Martin Brodeur went out of his way to make his 1,200th game with the Devils a memorable one.
Not only did he keep a loaded Penguins team mostly off the scoreboard in a 3-1 victory, he also made sure to make an incredible stop on Evgeni Malkin late to keep the Pens from threatening and had to make a great stop on… Marc-Andre Fleury?
Late in the second period with the Devils killing a penalty, Brodeur lost his stick in the corner. As the Devils cleared the puck, Fleury came out to play it all the way back down the ice while Brodeur was retrieving it. The puck clanged off the post and skittered under Brodeur’s feet and stayed out of the net.
Words can only do so much justice so thankfully there’s video. [YouTube]
New Jersey’s win moved them to the top of the Eastern Conference for the time being. As for Brodeur’s acrobatics, if you’d rather have it in GIF form, Backhand Shelf has your hookup.
Breaking: Predators’ Laviolette has not tried Nashville’s ‘hot chicken’ yet
Nashville Predators head coach Peter Laviolette dropped a bombshell on “The Dan Patrick Show.” Some of us are still reeling from the revelation.
It turns out that Laviolette hasn’t tried “hot chicken” yet.
Laviolette explained that, if he had the “bird that bites back” before a game, he’s be on fire behind the bench. Sadly, Dan Patrick let him off the hook and didn’t ask “Well, what about off days, Lavi?”
(They might not be on a lazy hockey nickname basis yet, though, to be fair.)
All kidding aside, Laviolette provided more insight on the Predators’ Stanley Cup Final run – and not a lot more hot chicken hot takes – in the longer interview below.
Note: This post’s author may or may not have gone a year in Nashville without trying hot chicken either. Hey, Laviolette’s been there for three seasons now. Way worse.
‘Making Gretzky’s head bleed’ wasn’t so easy for ‘Swingers’ filmmaker
There was something so organic about two friends getting up to video-game shenanigans (and discussing which 16-bit era game featured the best pixelated violence), but apparently it was easier to set the scene that it was to “make Wayne Gretzky’s head bleed.”
“I had never actually seen Wayne Gretzky draw blood, but Vince [Vaughn] claimed he could do it repeatedly, so we put it in the script,” Liman said. “The actors are reacting to that. And then we’re editing the movie and I bring the [game console] into the editing room and we start playing it and we’re recording it onto a videotape so that when we get the one piece we need we’ll play that back on the TV and shoot it. [We do this] for, like, weeks. Nobody can draw blood. And I’m like [to] Nintendo, ‘Hey, can you give us the backdoor key to doing this?’ It wasn’t like we were having fun playing the game, because all we would do was pass the puck down and set it up for Gretzky to get the puck and then we would, you know, try to slam him into the boards.”
Like a rare athletic feat, they got it right, but don’t ask Liman to pull it off on a whim. Liman sure made it seem like they were lucky to ever commit that moment to film.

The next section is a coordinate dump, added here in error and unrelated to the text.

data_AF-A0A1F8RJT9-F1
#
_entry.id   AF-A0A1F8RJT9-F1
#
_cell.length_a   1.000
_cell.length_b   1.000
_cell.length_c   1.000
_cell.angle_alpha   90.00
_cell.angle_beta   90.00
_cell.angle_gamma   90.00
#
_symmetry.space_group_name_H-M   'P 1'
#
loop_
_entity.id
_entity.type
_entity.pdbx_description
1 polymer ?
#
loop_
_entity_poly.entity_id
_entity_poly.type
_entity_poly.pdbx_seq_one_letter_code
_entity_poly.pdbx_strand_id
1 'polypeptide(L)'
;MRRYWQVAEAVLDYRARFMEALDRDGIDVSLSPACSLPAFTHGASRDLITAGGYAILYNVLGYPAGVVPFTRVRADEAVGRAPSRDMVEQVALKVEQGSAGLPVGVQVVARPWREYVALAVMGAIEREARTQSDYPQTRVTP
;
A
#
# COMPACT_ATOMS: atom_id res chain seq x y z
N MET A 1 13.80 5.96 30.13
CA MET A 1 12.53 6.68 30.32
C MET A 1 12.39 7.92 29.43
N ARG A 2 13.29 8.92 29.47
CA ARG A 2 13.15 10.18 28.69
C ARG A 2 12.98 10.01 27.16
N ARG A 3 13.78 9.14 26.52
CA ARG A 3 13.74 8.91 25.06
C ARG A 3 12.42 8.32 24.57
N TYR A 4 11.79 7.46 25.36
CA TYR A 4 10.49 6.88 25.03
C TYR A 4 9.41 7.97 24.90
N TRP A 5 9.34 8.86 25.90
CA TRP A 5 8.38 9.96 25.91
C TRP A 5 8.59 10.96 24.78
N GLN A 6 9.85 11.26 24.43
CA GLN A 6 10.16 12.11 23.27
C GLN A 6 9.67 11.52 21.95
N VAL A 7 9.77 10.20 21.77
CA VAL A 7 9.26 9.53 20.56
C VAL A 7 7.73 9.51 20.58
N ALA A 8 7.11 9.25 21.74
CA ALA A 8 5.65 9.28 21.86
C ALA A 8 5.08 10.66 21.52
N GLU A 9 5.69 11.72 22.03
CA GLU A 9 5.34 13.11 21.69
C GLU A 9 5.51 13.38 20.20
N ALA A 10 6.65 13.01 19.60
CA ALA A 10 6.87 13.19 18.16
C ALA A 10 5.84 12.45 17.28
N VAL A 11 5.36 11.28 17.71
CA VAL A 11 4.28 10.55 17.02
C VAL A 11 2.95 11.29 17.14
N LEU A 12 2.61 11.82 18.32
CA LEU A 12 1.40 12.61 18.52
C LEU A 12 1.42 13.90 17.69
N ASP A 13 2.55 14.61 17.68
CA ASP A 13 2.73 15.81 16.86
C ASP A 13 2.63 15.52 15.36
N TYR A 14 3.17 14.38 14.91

Liman explained that it was “infuriatingly fleeting” and not the sort of video game trick that you could make work over and over again once you learned the right combination of button presses.
This is some really funny, fantastic background information on the movie that launched the careers of Favreau and Vaughn. It also helped remind us of that golden 16-bit era of EA NHL games, whether you preferred NHL ’94, ’95, or ’96. (And so on.)
It seems the two big orders of business for the Montreal Canadiens this offseason will be finding a way to re-sign Alexander Radulov, and come to terms on a new contract extension with franchise goaltender Carey Price.
According to multiple reports, including Pierre LeBrun and RDS, Price’s agent, Gerry Johansson, and Canadiens GM Marc Bergevin are expected to meet next week to potentially begin talking about a new deal.
Price, who has one year remaining on his current contract, will be eligible to sign a new extension on July 1 and it would be reasonable to assume that is going to be one of the larger contracts among the league’s goaltenders.
Price’s current contract will pay him $6.5 million next season, a figure that places him among the top-five goalies in the league.
Given what Price has meant to the Canadiens over the past four years he should expect to make something closer to the $7.5-$8 million figure that Henrik Lundqvist and Sergei Bobrovsky are currently making.
The 29-year-old Price has been one of the NHL’s best goalies for four years now and has a massive impact on the success of the Canadiens. When he is healthy, they win. When he is not (as he was not a year ago), they do not.
Of the 46 goalies that have appeared in at least 100 games since the start of the 2012-13 season, Price currently ranks in the top-three in save percentage (first), even-strength save percentage (first) goals against average (second), and shutouts (third). He has also taken home a Hart Trophy as league MVP and a Vezina Trophy as the NHL’s best goalie during that stretch.
Stanley Cup Final odds: Penguins open as favorites over Predators